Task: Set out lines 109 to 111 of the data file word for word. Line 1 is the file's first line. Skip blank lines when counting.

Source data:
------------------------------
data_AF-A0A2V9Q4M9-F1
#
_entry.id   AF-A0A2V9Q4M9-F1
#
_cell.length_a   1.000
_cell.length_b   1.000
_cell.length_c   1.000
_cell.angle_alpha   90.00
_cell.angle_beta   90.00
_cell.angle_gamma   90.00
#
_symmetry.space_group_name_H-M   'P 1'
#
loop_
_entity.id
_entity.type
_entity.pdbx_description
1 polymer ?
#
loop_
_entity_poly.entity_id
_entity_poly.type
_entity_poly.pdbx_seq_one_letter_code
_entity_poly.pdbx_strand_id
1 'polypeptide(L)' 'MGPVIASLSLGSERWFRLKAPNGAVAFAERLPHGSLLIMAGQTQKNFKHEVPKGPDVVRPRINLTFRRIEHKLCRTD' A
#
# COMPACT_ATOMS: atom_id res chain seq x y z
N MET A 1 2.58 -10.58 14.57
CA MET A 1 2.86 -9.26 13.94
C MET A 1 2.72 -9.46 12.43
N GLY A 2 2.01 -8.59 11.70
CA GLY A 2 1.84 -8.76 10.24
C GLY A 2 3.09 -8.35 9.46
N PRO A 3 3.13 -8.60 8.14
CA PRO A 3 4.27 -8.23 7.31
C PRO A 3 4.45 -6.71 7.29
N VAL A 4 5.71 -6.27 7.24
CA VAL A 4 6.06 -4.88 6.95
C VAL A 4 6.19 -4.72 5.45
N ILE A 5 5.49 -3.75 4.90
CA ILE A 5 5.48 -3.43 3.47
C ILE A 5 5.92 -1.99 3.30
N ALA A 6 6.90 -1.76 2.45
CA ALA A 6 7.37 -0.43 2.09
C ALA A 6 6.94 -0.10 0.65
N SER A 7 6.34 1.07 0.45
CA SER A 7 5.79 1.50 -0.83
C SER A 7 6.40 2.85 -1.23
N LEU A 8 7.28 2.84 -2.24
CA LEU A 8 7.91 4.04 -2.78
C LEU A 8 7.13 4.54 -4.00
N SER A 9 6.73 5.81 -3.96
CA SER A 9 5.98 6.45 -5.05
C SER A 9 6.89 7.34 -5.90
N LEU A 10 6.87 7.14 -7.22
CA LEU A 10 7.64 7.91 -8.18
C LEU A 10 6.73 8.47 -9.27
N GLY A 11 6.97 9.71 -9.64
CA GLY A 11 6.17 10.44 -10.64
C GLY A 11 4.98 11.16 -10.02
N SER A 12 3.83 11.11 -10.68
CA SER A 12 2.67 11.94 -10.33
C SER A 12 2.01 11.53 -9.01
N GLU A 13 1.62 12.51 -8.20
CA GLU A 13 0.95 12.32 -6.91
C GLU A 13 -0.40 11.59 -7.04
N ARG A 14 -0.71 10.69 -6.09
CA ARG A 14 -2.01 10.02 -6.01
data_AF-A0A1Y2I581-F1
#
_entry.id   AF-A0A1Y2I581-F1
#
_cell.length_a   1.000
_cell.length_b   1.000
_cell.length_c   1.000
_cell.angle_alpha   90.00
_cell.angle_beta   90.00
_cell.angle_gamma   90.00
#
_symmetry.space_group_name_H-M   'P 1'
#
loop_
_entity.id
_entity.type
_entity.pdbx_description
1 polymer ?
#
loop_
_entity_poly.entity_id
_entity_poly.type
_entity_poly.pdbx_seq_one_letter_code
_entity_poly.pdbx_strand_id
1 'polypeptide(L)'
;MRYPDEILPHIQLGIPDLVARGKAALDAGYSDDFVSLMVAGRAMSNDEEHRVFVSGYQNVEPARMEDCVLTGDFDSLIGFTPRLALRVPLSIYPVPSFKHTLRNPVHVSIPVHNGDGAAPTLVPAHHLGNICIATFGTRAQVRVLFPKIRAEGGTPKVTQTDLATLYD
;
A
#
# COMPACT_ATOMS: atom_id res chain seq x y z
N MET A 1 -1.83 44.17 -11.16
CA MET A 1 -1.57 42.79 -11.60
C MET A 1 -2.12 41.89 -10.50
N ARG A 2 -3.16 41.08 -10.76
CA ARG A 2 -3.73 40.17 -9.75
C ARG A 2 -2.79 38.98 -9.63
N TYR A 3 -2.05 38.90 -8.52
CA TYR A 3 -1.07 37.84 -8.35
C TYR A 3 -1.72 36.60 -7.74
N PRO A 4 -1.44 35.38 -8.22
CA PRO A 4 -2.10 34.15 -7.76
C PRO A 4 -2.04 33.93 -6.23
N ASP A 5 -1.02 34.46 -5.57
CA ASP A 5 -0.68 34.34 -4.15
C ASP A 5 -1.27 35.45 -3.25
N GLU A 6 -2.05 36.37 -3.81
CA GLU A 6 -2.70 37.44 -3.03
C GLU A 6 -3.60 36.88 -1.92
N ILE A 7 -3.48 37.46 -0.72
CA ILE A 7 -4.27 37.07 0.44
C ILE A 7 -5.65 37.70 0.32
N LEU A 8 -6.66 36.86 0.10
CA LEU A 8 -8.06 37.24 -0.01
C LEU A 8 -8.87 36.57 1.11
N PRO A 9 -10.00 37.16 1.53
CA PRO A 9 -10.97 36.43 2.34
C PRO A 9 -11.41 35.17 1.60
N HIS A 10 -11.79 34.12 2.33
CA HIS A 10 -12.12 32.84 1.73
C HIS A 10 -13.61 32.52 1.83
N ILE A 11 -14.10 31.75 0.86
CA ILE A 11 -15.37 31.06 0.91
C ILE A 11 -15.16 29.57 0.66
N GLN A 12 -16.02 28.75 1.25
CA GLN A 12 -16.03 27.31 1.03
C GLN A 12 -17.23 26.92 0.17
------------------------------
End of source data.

CA PRO A 4 -2.10 34.15 -7.76
C PRO A 4 -2.04 33.93 -6.23
N ASP A 5 -1.02 34.46 -5.57